Written on: October 27, 2023
For over 100 years, Americans have used propane in countless residential and commercial functions. Once Walter O. Snelling’s pioneering research made it possible to trap lighter hydrocarbons from oil and store them as liquid in a steel container, propane became a popular way to power blowtorches, stoves, and other equipment. In 1929, the first bobtail trucks hit U.S. roadways. The 1932 Olympic Village in Los Angeles used propane to fuel all its cooking appliances and water-heating equipment. By 1945, propane sales had reached 1 billion gallons. *
In short, once Americans saw the potential of propane, they began using it in multiple aspects of their lives.
Today, we’re seeing another research revolution in propane. The emergence of renewable propane gas (rPG) and other innovative, eco-friendly blending products such as renewable dimethyl ether (rDME) promises conventional propane’s benefits with a carbon impact rapidly approaching zero. While renewable propane is still emerging, it’s already used throughout this country.
Just as conventional propane first emerged as a coproduct of oil refining, renewable propane, at this point, is largely a coproduct of biodiesel. As such, biorefineries produce a lot of rPG. Today, one of the main uses of this co-produced rPG is in refinery systems. Biorefineries use the renewable propane coproduct they generate to provide the energy for the biodiesel production process rather than bringing in some other energy source, such as natural gas.
While this is a reasonable use of rPG, a study conducted by the National Renewable Energy Laboratory for the Propane Education & Research Council found that recovering and selling rPG can offer significant revenue opportunities for biorefineries — with capital recovery payback periods in as short as two months.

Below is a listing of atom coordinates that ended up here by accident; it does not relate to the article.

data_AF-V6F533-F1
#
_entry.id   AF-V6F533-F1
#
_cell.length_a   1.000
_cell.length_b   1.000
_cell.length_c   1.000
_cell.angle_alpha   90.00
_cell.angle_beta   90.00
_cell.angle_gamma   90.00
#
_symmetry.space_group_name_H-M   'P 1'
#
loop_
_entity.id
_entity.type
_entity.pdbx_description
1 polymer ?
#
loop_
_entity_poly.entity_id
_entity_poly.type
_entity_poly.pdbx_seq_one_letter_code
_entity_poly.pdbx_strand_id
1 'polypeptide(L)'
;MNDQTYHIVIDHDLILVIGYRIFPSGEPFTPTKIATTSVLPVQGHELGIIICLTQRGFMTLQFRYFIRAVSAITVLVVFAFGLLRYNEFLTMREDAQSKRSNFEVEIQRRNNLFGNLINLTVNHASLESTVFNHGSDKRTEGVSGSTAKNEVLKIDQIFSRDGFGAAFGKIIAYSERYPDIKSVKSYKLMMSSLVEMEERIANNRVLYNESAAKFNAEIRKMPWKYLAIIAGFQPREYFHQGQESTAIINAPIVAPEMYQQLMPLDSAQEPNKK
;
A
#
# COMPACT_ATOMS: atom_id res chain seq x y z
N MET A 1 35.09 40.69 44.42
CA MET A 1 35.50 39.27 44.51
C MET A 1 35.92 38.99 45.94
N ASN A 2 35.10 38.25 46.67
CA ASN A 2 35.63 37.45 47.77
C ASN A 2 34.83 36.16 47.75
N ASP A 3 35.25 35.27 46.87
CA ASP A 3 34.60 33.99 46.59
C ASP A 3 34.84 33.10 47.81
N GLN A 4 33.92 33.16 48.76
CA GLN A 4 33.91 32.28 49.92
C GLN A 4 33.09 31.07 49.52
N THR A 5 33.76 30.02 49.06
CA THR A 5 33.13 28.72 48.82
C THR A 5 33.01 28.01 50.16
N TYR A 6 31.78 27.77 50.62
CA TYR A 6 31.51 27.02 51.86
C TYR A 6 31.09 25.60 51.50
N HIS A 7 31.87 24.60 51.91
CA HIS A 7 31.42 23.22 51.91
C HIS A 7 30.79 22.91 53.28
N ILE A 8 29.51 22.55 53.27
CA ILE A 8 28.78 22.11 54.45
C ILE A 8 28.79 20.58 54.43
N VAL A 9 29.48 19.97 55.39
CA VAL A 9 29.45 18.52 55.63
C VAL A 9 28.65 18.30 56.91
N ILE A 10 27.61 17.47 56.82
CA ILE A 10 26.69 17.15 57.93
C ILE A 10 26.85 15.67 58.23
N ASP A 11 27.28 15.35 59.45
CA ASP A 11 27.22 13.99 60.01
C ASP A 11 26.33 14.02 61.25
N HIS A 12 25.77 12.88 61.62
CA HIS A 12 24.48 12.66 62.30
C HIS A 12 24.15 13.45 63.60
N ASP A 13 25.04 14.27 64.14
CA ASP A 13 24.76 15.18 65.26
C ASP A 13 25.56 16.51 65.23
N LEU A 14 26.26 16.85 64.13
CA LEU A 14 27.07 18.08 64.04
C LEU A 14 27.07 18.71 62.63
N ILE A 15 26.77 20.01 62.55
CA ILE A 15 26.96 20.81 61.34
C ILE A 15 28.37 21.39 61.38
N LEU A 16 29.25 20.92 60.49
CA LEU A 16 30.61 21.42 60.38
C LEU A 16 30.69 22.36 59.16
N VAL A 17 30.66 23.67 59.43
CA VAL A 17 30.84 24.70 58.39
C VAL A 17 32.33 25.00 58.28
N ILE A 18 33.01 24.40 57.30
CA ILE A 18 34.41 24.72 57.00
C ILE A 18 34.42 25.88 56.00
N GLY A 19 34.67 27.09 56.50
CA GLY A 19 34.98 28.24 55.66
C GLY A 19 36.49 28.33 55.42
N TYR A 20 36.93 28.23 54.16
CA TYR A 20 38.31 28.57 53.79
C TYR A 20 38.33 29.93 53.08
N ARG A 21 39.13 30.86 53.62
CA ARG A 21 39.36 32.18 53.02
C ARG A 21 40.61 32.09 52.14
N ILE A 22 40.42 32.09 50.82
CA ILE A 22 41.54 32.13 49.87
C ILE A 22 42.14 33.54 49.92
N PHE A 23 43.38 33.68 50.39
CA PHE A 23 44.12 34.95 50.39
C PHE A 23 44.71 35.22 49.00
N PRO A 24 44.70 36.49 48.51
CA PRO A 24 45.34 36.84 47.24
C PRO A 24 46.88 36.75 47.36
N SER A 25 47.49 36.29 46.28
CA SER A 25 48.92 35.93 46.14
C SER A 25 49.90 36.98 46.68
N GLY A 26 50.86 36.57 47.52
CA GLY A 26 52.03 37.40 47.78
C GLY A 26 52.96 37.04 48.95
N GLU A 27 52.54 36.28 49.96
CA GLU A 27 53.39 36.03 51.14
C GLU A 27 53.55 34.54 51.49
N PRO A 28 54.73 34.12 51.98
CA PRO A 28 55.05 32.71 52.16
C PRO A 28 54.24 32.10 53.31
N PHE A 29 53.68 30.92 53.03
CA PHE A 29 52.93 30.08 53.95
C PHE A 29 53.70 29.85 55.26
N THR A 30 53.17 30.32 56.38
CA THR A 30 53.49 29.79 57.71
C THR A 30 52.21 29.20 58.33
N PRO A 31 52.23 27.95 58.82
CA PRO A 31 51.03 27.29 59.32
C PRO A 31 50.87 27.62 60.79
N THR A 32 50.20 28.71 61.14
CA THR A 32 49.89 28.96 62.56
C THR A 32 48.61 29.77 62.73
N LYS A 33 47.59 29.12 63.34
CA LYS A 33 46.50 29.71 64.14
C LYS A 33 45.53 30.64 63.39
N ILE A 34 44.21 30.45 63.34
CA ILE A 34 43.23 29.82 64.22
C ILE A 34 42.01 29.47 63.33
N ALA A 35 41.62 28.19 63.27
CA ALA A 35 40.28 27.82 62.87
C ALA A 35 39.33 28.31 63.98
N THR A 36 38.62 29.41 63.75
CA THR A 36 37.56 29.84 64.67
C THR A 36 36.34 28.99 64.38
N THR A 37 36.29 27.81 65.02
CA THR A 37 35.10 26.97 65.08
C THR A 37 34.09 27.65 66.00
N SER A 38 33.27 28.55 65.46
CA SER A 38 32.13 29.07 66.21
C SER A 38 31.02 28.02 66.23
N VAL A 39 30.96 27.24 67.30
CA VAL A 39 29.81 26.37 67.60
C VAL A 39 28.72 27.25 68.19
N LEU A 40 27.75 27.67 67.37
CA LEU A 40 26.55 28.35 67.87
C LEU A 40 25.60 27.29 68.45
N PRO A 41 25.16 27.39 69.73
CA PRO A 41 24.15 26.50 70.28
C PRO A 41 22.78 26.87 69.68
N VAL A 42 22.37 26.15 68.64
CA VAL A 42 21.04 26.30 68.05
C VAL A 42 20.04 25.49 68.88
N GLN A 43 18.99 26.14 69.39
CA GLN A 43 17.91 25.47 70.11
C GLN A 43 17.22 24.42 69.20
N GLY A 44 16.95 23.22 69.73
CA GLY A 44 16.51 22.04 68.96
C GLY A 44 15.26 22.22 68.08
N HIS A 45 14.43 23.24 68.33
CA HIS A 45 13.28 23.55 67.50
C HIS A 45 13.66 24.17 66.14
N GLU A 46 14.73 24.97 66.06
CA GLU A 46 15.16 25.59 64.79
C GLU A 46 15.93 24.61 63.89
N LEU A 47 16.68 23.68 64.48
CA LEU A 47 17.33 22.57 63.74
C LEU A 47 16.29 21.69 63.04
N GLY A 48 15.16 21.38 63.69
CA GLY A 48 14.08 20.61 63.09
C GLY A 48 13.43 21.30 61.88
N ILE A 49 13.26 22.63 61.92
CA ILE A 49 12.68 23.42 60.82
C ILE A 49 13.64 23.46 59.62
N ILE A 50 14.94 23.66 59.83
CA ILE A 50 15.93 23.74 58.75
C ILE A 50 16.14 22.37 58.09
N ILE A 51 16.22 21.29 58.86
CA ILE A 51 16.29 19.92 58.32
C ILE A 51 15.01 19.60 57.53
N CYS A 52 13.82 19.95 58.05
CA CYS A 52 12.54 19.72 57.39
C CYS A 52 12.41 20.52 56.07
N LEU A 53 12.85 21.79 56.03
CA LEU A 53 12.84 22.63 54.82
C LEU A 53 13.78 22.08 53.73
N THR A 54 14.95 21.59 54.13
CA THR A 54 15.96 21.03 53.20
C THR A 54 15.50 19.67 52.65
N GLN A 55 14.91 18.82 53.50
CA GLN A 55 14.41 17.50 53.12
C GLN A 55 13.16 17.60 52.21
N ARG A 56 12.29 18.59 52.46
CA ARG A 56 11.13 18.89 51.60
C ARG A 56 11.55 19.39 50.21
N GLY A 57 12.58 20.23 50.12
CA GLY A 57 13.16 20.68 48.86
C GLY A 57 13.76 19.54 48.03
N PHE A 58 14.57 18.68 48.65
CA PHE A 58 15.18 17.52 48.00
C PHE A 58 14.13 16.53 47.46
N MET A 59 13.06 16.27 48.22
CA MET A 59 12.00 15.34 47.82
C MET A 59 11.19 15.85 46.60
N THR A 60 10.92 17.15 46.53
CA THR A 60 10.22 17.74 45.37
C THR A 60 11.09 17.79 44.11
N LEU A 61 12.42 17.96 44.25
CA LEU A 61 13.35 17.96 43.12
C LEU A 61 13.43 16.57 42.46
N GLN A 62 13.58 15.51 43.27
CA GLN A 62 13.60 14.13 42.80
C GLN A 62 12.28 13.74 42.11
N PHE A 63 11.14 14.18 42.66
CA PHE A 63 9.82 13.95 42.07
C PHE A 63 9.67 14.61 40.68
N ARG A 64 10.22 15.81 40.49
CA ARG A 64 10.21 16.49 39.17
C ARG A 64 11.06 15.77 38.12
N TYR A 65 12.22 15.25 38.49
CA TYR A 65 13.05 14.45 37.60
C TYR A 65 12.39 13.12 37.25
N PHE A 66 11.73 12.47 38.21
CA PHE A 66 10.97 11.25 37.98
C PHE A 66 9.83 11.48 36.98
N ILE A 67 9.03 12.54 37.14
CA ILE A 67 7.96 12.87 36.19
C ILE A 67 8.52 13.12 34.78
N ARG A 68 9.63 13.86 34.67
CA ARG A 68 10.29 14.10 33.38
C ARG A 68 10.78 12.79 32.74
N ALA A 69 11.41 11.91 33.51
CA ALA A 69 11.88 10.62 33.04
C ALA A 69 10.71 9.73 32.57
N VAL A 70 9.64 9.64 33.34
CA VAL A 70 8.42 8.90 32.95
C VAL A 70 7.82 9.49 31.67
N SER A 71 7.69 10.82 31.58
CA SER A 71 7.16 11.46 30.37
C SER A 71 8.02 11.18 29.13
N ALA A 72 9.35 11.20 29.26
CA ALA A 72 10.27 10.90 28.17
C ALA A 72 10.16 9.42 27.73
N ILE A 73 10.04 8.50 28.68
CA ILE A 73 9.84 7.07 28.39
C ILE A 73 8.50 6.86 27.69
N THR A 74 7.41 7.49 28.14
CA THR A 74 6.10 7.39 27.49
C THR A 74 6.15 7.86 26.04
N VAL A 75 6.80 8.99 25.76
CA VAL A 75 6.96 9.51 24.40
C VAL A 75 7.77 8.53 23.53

The transportation sector represents over one-quarter of the greenhouse gas emissions in this country. Propane autogas provides a fantastic alternative fuel source for our light-, medium- and heavy-duty vehicles. According to the U.S. Department of Energy, roughly 60,000 autogas vehicles are already on the road, and school districts across the country are taking advantage of autogas buses’ clean performance and cost-saving benefits.
Conventional propane emits significantly fewer greenhouse gas emissions — including carbon dioxide, particulate matter, nitrogen oxide and sulfur oxide — than gasoline or diesel, with a carbon intensity (CI) score of only about one-fifth. Switching to autogas is generally much more affordable than switching to an electric vehicle fleet. Financial incentives through the Renewable Fuel Standard Program give producers of renewable propane autogas a chance to further improve their revenue streams.
Autogas made from rPG is expanding across this country. In 2020, U-Haul brought one million gallons of rPG to autogas stations in Southern California, and this year, a New England propane retailer brought the fuel to pumps in Connecticut.
We’re seeing retailers serving residential and commercial customers bring rPG to market in Oregon, Washington, New York, Vermont and other states. Renewable propane is currently used in 16 states, and that number will grow as time goes on.
There are fantastic incentives for embracing this green fuel, which can be used in existing propane-fired equipment without modifications. For example, the Inflation Reduction Act includes tax credits for fuel used or sold after 2024 with a CI rating of less than 47.4 gCO2eq/MJ. Renewable propane generally has a score of around 20.
Homeowners and business owners want low-emissions energy that does not require the exorbitant costs associated with electrification. 2027 U.S. production capacity for rPG and other innovative blends could reach 277 million gallons. Fuel producers, wholesalers and retailers — and the customers they serve — have incredible opportunities in the future.
If you’re interested in joining the Renewable Propane Alliance or would like more information on our work, reach out to us here.
* Source: Propane Education & Research Center, “Sources and Processing of Propane”